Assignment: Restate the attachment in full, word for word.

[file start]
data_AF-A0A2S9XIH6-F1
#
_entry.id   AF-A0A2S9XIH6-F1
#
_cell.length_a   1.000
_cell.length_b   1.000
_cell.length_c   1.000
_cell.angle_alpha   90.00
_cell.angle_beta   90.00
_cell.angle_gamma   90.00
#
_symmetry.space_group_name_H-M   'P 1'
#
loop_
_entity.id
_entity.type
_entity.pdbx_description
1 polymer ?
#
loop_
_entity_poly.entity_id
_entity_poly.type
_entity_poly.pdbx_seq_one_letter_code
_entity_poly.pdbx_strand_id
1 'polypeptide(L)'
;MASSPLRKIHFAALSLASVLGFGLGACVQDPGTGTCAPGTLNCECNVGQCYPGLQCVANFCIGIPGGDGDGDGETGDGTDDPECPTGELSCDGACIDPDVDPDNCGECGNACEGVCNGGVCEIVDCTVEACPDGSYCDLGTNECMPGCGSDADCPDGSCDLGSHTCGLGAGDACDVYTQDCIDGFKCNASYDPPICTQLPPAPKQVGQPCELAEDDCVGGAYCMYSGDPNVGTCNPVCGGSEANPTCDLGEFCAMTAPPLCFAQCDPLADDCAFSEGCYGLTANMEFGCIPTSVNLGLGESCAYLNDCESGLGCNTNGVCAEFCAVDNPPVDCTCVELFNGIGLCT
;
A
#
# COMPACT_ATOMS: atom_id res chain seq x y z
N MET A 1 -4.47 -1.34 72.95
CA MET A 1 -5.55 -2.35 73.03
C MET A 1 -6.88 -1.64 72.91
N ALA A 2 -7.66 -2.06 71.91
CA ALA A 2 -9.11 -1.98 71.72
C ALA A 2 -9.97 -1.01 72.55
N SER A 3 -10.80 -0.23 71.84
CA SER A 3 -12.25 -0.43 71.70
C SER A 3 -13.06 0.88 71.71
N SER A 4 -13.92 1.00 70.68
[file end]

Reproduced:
data_AF-A0A2S9XIH6-F1
#
_entry.id   AF-A0A2S9XIH6-F1
#
_cell.length_a   1.000
_cell.length_b   1.000
_cell.length_c   1.000
_cell.angle_alpha   90.00
_cell.angle_beta   90.00
_cell.angle_gamma   90.00
#
_symmetry.space_group_name_H-M   'P 1'
#
loop_
_entity.id
_entity.type
_entity.pdbx_description
1 polymer ?
#
loop_
_entity_poly.entity_id
_entity_poly.type
_entity_poly.pdbx_seq_one_letter_code
_entity_poly.pdbx_strand_id
1 'polypeptide(L)'
;MASSPLRKIHFAALSLASVLGFGLGACVQDPGTGTCAPGTLNCECNVGQCYPGLQCVANFCIGIPGGDGDGDGETGDGTDDPECPTGELSCDGACIDPDVDPDNCGECGNACEGVCNGGVCEIVDCTVEACPDGSYCDLGTNECMPGCGSDADCPDGSCDLGSHTCGLGAGDACDVYTQDCIDGFKCNASYDPPICTQLPPAPKQVGQPCELAEDDCVGGAYCMYSGDPNVGTCNPVCGGSEANPTCDLGEFCAMTAPPLCFAQCDPLADDCAFSEGCYGLTANMEFGCIPTSVNLGLGESCAYLNDCESGLGCNTNGVCAEFCAVDNPPVDCTCVELFNGIGLCT
;
A
#
# COMPACT_ATOMS: atom_id res chain seq x y z
N MET A 1 -4.47 -1.34 72.95
CA MET A 1 -5.55 -2.35 73.03
C MET A 1 -6.88 -1.64 72.91
N ALA A 2 -7.66 -2.06 71.91
CA ALA A 2 -9.11 -1.98 71.72
C ALA A 2 -9.97 -1.01 72.55
N SER A 3 -10.80 -0.23 71.84
CA SER A 3 -12.25 -0.43 71.70
C SER A 3 -13.06 0.88 71.71
N SER A 4 -13.92 1.00 70.68